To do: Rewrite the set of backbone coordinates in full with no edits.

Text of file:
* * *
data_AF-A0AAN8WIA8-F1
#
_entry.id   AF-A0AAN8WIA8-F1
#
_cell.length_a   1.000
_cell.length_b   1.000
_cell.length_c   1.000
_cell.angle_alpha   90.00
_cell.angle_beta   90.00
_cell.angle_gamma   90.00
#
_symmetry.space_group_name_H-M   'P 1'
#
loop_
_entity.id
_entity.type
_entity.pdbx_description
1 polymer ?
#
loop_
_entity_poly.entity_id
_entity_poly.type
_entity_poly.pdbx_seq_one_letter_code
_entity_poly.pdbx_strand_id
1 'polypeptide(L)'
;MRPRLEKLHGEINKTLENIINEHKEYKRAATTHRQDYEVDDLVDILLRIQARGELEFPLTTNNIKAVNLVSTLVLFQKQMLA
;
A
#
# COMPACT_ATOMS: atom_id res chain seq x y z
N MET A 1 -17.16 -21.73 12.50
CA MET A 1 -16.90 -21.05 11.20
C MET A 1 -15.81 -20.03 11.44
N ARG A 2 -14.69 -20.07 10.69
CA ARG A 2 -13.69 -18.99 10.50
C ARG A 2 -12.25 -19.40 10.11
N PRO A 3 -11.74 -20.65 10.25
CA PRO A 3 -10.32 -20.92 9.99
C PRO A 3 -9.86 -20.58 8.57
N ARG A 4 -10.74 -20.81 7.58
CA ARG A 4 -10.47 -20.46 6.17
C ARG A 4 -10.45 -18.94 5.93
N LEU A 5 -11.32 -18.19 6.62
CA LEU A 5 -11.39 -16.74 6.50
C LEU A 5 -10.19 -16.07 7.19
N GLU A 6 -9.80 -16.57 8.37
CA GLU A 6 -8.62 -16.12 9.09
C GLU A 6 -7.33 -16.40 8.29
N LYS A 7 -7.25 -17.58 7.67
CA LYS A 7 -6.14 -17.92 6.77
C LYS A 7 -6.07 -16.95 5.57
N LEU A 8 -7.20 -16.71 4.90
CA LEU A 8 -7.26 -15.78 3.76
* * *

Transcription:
data_AF-A0AAN8WIA8-F1
#
_entry.id   AF-A0AAN8WIA8-F1
#
_cell.length_a   1.000
_cell.length_b   1.000
_cell.length_c   1.000
_cell.angle_alpha   90.00
_cell.angle_beta   90.00
_cell.angle_gamma   90.00
#
_symmetry.space_group_name_H-M   'P 1'
#
loop_
_entity.id
_entity.type
_entity.pdbx_description
1 polymer ?
#
loop_
_entity_poly.entity_id
_entity_poly.type
_entity_poly.pdbx_seq_one_letter_code
_entity_poly.pdbx_strand_id
1 'polypeptide(L)'
;MRPRLEKLHGEINKTLENIINEHKEYKRAATTHRQDYEVDDLVDILLRIQARGELEFPLTTNNIKAVNLVSTLVLFQKQMLA
;
A
#
# COMPACT_ATOMS: atom_id res chain seq x y z
N MET A 1 -17.16 -21.73 12.50
CA MET A 1 -16.90 -21.05 11.20
C MET A 1 -15.81 -20.03 11.44
N ARG A 2 -14.69 -20.07 10.69
CA ARG A 2 -13.69 -18.99 10.50
C ARG A 2 -12.25 -19.40 10.11
N PRO A 3 -11.74 -20.65 10.25
CA PRO A 3 -10.32 -20.92 9.99
C PRO A 3 -9.86 -20.58 8.57
N ARG A 4 -10.74 -20.81 7.58
CA ARG A 4 -10.47 -20.46 6.17
C ARG A 4 -10.45 -18.94 5.93
N LEU A 5 -11.32 -18.19 6.62
CA LEU A 5 -11.39 -16.74 6.50
C LEU A 5 -10.19 -16.07 7.19
N GLU A 6 -9.80 -16.57 8.37
CA GLU A 6 -8.62 -16.12 9.09
C GLU A 6 -7.33 -16.40 8.29
N LYS A 7 -7.25 -17.58 7.67
CA LYS A 7 -6.14 -17.92 6.77
C LYS A 7 -6.07 -16.95 5.57
N LEU A 8 -7.20 -16.71 4.90
CA LEU A 8 -7.26 -15.78 3.76